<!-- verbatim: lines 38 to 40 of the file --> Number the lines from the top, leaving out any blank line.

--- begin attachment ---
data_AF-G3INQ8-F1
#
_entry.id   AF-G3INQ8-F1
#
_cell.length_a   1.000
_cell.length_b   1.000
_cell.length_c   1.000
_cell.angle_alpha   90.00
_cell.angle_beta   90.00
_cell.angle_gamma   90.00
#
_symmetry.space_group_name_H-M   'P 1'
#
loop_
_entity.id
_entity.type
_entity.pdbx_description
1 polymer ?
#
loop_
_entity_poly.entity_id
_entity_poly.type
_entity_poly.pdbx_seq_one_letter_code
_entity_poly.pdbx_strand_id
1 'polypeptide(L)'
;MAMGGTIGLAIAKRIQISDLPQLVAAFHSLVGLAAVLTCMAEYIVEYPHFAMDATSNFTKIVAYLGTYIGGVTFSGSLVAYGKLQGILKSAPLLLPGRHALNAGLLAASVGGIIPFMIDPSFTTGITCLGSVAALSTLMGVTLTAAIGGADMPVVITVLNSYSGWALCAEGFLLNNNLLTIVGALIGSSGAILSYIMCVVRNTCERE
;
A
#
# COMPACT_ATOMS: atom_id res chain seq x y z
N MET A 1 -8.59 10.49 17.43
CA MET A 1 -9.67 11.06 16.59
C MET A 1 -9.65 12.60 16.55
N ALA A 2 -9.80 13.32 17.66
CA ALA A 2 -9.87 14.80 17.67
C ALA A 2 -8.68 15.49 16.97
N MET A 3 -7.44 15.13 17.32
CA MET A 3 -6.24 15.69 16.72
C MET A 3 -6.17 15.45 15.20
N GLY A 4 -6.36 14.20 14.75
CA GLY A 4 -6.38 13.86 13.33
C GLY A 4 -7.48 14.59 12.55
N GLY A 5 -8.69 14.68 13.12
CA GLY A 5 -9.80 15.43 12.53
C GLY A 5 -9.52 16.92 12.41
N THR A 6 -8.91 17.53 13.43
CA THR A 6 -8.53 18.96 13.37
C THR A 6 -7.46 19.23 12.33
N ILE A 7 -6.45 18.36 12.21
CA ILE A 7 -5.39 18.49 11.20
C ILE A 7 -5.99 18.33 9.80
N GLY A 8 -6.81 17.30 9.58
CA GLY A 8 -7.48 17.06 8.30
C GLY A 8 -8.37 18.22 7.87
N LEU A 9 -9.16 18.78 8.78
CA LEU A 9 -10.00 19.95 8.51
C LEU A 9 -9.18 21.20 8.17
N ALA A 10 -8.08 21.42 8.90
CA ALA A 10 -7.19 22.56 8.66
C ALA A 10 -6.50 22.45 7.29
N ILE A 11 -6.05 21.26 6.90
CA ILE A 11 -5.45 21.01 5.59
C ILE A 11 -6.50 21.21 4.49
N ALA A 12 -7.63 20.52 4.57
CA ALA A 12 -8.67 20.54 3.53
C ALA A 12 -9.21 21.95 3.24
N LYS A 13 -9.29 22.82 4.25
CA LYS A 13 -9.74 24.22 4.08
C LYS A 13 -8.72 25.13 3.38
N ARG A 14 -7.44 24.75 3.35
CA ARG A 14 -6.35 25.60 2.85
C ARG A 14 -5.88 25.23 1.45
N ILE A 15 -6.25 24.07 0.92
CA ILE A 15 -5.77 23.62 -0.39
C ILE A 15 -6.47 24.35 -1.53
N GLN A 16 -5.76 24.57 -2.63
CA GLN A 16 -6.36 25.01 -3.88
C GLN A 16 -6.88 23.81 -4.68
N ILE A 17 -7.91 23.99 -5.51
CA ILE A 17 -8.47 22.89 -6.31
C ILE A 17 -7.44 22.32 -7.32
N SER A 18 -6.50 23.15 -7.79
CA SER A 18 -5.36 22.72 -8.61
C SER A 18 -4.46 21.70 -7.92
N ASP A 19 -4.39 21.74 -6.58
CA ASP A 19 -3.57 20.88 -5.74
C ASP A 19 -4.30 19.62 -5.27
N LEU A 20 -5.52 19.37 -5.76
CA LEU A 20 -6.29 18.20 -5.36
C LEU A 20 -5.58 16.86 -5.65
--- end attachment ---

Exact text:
CA MET A 3 -6.24 15.69 16.72
C MET A 3 -6.17 15.45 15.20
N GLY A 4 -6.36 14.20 14.75